I don't think so.

Jane convinced Erik that Thor likely had some knowledge of the phenomenon they had seen. The photos they recorded showed him within the Bifrost anomaly.

Question: At the Jedi Temple, why does Commander Appo aim his gun at Senator Organa and try to kill him?

Answer: When Organa is trying to investigate what's going on at the Temple, he's simply just stopped by the troopers at first. They don't want him to witness what they are doing. At first he is just going to be turned away and threatened. When the Padawan attacks them and they kill the boy, Organa is now a first hand witness to the Troopers slaughtering the Jedi children. So then he becomes an enemy and they have to try and dispose of him. It would not have been good for them to just to out right kill a Senator on their own so that's why there were just going to turn him away.

Quantom X Premium member

Question: During the big fight scene near the end, one of the henchman Will Smith fights lifts a wrench to strike, only to randomly die for seemingly no reason. He screams, some sparks shoot out of his ears, and he's dead. What killed him? I've seen some people say he electrocuted himself on the equipment around him, but that's not true - the wrench is nowhere near hitting anything. Did he just... randomly blow a fuse or something?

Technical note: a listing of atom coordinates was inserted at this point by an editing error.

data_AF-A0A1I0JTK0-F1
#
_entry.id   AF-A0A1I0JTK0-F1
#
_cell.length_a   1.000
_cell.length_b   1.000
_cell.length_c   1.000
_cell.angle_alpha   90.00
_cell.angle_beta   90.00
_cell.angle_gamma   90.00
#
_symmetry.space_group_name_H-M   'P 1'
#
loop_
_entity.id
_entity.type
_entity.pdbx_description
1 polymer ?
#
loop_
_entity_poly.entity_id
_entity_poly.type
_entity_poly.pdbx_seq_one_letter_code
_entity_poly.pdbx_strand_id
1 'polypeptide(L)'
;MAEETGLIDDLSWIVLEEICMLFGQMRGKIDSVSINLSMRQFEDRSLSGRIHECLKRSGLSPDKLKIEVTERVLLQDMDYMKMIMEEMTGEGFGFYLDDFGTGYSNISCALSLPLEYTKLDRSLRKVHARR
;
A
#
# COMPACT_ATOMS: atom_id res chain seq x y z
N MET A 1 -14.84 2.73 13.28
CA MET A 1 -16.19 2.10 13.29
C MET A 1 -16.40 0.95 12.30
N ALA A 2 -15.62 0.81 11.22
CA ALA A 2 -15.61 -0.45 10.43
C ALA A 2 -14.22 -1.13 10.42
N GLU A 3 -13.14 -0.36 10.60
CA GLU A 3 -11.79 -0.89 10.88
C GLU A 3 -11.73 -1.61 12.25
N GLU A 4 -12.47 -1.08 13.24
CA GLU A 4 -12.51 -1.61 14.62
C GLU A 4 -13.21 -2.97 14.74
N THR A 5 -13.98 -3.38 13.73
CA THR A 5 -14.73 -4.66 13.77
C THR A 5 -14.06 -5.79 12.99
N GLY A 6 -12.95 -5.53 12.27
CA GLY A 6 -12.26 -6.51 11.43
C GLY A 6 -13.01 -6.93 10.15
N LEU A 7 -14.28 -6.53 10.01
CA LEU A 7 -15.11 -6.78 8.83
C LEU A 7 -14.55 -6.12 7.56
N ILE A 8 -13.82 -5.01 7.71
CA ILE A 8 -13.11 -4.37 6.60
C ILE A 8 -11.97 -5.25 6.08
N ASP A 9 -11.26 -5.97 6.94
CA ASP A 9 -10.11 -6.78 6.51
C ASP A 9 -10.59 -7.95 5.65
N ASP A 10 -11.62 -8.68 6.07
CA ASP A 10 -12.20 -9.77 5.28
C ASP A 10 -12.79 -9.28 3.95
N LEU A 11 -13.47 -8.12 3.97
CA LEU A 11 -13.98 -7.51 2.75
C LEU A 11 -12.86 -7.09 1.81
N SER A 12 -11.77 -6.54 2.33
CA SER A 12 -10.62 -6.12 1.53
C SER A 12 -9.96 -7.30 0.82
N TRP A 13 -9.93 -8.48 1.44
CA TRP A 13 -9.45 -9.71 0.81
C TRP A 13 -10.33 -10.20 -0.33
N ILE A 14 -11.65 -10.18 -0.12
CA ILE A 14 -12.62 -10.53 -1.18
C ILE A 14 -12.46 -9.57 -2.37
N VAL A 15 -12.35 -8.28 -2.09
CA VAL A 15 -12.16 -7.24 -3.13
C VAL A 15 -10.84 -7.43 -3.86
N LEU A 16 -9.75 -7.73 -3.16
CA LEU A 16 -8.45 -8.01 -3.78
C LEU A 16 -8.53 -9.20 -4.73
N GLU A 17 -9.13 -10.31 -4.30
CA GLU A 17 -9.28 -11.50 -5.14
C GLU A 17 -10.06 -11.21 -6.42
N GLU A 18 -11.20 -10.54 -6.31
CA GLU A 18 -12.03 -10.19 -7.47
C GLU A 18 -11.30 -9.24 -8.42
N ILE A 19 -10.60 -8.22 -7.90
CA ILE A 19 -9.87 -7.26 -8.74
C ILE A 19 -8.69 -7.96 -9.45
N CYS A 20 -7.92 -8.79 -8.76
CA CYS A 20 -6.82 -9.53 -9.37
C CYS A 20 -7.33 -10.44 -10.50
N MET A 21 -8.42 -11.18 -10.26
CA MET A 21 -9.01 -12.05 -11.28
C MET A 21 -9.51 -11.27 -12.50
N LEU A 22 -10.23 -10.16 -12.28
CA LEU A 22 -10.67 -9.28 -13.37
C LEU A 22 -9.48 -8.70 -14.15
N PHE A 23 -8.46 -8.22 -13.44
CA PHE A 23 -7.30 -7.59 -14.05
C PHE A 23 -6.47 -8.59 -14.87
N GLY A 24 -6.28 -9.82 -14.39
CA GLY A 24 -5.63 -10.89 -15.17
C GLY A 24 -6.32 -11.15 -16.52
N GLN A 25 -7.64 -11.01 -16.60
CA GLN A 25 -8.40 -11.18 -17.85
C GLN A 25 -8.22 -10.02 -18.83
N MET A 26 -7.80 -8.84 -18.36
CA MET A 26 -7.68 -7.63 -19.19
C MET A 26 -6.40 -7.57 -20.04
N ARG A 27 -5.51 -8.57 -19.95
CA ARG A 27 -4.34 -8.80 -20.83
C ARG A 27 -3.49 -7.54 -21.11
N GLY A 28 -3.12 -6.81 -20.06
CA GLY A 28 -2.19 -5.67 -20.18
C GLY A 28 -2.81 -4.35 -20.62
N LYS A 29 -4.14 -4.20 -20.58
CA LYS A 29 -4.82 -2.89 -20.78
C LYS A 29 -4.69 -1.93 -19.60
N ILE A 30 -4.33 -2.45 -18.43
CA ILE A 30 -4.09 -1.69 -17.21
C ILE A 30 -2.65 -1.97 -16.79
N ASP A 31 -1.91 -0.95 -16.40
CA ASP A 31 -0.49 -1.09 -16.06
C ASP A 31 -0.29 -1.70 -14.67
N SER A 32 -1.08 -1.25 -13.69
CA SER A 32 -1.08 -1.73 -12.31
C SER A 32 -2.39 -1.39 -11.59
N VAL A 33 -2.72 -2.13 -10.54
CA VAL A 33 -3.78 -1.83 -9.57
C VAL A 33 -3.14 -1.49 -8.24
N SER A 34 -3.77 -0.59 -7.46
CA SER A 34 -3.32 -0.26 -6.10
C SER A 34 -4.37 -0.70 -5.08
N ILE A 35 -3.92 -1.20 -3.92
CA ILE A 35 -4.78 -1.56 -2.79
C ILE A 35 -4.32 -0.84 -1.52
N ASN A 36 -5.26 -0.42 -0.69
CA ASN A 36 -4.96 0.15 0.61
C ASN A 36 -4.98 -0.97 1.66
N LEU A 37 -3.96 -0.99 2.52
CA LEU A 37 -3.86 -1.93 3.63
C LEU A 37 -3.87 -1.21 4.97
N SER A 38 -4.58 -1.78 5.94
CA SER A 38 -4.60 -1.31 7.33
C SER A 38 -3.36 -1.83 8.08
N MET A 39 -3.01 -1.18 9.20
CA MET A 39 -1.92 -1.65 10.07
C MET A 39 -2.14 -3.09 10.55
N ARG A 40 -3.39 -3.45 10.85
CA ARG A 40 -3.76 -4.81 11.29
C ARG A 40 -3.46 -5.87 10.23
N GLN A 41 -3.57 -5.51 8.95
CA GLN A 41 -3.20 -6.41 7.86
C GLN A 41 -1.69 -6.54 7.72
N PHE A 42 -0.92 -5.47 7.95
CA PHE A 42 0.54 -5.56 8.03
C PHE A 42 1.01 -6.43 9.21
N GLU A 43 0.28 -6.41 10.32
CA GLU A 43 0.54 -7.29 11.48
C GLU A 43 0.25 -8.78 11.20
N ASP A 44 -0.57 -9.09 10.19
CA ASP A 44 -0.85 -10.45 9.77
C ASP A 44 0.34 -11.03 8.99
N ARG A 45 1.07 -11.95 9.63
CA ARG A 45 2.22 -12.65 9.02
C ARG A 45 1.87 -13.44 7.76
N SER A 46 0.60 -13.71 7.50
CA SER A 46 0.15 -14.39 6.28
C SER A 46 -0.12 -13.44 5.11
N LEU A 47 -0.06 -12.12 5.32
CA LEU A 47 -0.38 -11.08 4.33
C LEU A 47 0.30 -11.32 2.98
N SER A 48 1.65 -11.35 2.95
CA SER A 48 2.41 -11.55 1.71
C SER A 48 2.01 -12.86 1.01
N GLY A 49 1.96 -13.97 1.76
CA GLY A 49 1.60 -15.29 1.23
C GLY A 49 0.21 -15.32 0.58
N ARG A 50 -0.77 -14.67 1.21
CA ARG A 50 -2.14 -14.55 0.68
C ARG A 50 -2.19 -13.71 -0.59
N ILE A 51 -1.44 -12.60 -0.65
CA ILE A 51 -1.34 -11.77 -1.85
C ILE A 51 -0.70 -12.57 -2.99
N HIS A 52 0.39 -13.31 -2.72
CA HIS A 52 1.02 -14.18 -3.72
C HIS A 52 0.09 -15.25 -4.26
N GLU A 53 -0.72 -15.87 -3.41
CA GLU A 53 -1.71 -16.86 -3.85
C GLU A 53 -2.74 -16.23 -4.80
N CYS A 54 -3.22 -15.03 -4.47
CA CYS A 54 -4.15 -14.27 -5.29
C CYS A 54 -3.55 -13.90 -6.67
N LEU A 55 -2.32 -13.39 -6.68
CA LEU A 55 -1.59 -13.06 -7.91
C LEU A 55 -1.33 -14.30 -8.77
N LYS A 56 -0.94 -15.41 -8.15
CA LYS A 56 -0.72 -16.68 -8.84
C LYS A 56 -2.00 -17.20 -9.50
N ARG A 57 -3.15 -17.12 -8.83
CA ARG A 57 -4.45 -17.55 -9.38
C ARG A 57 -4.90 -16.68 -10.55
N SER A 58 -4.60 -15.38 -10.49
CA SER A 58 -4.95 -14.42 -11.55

TedStixon

Answer: He's some sort of robot or cyborg, and he's shorted out from the damage he received in the brawl.

Brian Katcher

Answer: In the original script, Jim West simply sidestepped the menacing MetalHead henchman, who plunged through the doorway, falling to his death. Apparently, this wasn't a spectacular enough way to end the brawl, so the scene was revised to add the huge machine wrench and electrical sparking effects. West intentionally hands the wrench to MetalHead, who grabs it with both hands and raises it to strike; he then shorts-out with electrical sparking effects before falling out the door. I believe the implication is that, when MetalHead grabbed the wrench with both hands, it completed an exposed electrical circuit that caused him to quickly short-out.